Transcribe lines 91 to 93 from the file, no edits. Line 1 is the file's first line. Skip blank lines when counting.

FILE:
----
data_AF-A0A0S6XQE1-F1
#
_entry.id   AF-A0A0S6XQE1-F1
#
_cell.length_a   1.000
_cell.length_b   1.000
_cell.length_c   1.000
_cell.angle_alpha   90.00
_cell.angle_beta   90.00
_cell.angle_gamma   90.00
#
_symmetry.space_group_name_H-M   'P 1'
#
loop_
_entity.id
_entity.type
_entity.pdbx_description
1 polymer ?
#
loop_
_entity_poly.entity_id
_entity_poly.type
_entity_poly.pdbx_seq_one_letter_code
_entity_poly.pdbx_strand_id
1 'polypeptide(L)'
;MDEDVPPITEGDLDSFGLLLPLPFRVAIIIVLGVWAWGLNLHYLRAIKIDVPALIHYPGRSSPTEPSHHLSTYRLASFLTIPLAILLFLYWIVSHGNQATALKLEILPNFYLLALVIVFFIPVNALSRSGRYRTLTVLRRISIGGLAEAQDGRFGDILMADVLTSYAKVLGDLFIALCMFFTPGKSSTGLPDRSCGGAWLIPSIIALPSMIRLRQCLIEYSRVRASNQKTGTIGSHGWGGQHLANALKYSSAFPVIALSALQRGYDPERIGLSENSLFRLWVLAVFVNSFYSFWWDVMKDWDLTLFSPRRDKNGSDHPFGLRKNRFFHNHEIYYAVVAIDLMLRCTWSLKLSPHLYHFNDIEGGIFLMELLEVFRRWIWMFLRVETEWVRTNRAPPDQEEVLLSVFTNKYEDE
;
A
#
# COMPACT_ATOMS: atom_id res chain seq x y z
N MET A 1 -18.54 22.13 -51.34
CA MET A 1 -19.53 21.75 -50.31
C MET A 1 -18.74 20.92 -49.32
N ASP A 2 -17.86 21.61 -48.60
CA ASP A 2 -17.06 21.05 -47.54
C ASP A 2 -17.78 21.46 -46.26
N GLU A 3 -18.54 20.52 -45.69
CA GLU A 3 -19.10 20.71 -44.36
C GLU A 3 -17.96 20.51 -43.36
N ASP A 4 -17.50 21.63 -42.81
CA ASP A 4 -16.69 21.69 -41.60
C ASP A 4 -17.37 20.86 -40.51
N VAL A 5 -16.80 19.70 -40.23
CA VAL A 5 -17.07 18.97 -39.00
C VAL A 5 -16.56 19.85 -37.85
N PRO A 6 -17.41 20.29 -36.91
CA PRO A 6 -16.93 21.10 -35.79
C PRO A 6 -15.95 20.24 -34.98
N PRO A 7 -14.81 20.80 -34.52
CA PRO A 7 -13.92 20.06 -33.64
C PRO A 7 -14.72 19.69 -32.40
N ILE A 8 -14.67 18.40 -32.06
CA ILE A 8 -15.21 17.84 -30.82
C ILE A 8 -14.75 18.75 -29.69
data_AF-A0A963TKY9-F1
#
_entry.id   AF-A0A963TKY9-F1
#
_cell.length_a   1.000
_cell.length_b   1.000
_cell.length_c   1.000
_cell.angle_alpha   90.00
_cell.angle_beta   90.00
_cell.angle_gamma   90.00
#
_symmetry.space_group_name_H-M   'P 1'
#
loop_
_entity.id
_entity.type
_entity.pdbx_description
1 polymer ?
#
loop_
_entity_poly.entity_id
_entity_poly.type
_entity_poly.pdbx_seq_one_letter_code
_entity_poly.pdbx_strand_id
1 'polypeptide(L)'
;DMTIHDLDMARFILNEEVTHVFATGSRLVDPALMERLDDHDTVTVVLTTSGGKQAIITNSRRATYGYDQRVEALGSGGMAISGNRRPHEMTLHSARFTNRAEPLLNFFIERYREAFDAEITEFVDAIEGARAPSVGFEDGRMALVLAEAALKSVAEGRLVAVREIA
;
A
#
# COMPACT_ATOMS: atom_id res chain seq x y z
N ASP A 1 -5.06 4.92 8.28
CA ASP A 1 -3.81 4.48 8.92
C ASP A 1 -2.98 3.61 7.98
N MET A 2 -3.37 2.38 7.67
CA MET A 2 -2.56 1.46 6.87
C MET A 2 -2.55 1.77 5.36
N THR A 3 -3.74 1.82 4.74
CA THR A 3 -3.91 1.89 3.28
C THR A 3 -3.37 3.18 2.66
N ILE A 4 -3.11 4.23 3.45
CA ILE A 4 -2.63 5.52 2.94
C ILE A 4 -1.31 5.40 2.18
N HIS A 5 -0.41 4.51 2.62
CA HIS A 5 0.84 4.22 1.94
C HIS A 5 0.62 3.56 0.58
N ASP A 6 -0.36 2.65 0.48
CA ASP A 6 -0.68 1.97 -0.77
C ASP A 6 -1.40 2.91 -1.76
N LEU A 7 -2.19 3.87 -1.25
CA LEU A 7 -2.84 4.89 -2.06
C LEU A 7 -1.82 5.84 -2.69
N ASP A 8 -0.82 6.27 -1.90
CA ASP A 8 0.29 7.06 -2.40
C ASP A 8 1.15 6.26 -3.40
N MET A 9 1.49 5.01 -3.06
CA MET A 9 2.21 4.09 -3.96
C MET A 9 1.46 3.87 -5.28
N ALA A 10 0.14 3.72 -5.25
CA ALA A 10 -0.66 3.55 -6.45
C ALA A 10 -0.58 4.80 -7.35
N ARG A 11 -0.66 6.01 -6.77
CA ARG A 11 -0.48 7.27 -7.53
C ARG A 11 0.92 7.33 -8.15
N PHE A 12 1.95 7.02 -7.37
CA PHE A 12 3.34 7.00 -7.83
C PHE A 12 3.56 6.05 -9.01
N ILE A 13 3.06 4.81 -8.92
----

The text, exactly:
N THR A 3 -3.74 1.82 4.74
CA THR A 3 -3.91 1.89 3.28
C THR A 3 -3.37 3.18 2.66